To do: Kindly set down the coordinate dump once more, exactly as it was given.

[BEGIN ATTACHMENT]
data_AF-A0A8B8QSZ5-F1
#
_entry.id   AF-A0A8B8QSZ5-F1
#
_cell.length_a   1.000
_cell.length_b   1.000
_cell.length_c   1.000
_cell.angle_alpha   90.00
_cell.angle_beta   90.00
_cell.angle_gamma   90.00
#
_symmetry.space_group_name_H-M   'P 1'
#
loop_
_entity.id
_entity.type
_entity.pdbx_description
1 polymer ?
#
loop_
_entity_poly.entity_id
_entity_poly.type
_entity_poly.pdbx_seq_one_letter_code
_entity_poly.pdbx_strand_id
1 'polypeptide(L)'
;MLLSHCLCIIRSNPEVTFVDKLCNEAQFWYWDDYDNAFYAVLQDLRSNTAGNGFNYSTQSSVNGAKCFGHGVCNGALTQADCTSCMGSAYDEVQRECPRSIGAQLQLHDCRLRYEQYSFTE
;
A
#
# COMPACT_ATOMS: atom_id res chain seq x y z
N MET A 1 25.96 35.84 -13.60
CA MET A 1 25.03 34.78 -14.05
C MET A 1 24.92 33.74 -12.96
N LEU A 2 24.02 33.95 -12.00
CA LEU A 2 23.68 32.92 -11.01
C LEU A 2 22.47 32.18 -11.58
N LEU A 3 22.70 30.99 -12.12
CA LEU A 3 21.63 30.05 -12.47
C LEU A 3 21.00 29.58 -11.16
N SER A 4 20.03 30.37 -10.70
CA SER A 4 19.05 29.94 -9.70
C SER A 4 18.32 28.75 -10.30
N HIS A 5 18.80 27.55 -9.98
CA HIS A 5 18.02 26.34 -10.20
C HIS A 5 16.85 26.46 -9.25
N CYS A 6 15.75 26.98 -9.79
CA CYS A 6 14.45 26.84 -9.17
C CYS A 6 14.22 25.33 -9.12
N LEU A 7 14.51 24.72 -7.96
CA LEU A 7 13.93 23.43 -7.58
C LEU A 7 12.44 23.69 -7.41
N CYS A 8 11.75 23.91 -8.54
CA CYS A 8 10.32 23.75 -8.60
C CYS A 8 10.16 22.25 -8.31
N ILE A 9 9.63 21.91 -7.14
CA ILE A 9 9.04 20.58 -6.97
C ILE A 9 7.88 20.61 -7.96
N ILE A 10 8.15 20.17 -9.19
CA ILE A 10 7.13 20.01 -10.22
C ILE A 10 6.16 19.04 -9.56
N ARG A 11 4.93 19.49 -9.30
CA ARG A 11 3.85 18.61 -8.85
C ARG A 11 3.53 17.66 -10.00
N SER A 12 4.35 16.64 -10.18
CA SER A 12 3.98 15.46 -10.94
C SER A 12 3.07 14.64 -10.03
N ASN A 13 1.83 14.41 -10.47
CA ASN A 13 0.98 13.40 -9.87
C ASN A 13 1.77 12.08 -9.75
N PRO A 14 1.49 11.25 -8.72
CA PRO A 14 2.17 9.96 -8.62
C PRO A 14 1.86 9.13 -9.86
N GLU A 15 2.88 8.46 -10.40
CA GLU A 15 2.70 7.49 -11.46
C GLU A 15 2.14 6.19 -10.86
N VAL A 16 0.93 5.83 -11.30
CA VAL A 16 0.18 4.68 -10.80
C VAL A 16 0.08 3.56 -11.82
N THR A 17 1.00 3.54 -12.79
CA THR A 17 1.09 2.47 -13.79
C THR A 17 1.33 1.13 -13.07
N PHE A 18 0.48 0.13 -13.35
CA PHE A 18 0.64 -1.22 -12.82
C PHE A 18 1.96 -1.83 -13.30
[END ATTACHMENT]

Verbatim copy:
data_AF-A0A8B8QSZ5-F1
#
_entry.id   AF-A0A8B8QSZ5-F1
#
_cell.length_a   1.000
_cell.length_b   1.000
_cell.length_c   1.000
_cell.angle_alpha   90.00
_cell.angle_beta   90.00
_cell.angle_gamma   90.00
#
_symmetry.space_group_name_H-M   'P 1'
#
loop_
_entity.id
_entity.type
_entity.pdbx_description
1 polymer ?
#
loop_
_entity_poly.entity_id
_entity_poly.type
_entity_poly.pdbx_seq_one_letter_code
_entity_poly.pdbx_strand_id
1 'polypeptide(L)'
;MLLSHCLCIIRSNPEVTFVDKLCNEAQFWYWDDYDNAFYAVLQDLRSNTAGNGFNYSTQSSVNGAKCFGHGVCNGALTQADCTSCMGSAYDEVQRECPRSIGAQLQLHDCRLRYEQYSFTE
;
A
#
# COMPACT_ATOMS: atom_id res chain seq x y z
N MET A 1 25.96 35.84 -13.60
CA MET A 1 25.03 34.78 -14.05
C MET A 1 24.92 33.74 -12.96
N LEU A 2 24.02 33.95 -12.00
CA LEU A 2 23.68 32.92 -11.01
C LEU A 2 22.47 32.18 -11.58
N LEU A 3 22.70 30.99 -12.12
CA LEU A 3 21.63 30.05 -12.47
C LEU A 3 21.00 29.58 -11.16
N SER A 4 20.03 30.37 -10.70
CA SER A 4 19.05 29.94 -9.70
C SER A 4 18.32 28.75 -10.30
N HIS A 5 18.80 27.55 -9.98
CA HIS A 5 18.02 26.34 -10.20
C HIS A 5 16.85 26.46 -9.25
N CYS A 6 15.75 26.98 -9.79
CA CYS A 6 14.45 26.84 -9.17
C CYS A 6 14.22 25.33 -9.12
N LEU A 7 14.51 24.72 -7.96
CA LEU A 7 13.93 23.43 -7.58
C LEU A 7 12.44 23.69 -7.41
N CYS A 8 11.75 23.91 -8.54
CA CYS A 8 10.32 23.75 -8.60
C CYS A 8 10.16 22.25 -8.31
N ILE A 9 9.63 21.91 -7.14
CA ILE A 9 9.04 20.58 -6.97
C ILE A 9 7.88 20.61 -7.96
N ILE A 10 8.15 20.17 -9.19
CA ILE A 10 7.13 20.01 -10.22
C ILE A 10 6.16 19.04 -9.56
N ARG A 11 4.93 19.49 -9.30
CA ARG A 11 3.85 18.61 -8.85
C ARG A 11 3.53 17.66 -10.00
N SER A 12 4.35 16.64 -10.18
CA SER A 12 3.98 15.46 -10.94
C SER A 12 3.07 14.64 -10.03
N ASN A 13 1.83 14.41 -10.47
CA ASN A 13 0.98 13.40 -9.87
C ASN A 13 1.77 12.08 -9.75
N PRO A 14 1.49 11.25 -8.72
CA PRO A 14 2.17 9.96 -8.62
C PRO A 14 1.86 9.13 -9.86
N GLU A 15 2.88 8.46 -10.40
CA GLU A 15 2.70 7.49 -11.46
C GLU A 15 2.14 6.19 -10.86
N VAL A 16 0.93 5.83 -11.30
CA VAL A 16 0.18 4.68 -10.80
C VAL A 16 0.08 3.56 -11.82
N THR A 17 1.00 3.54 -12.79
CA THR A 17 1.09 2.47 -13.79
C THR A 17 1.33 1.13 -13.07
N PHE A 18 0.48 0.13 -13.35
CA PHE A 18 0.64 -1.22 -12.82
C PHE A 18 1.96 -1.83 -13.30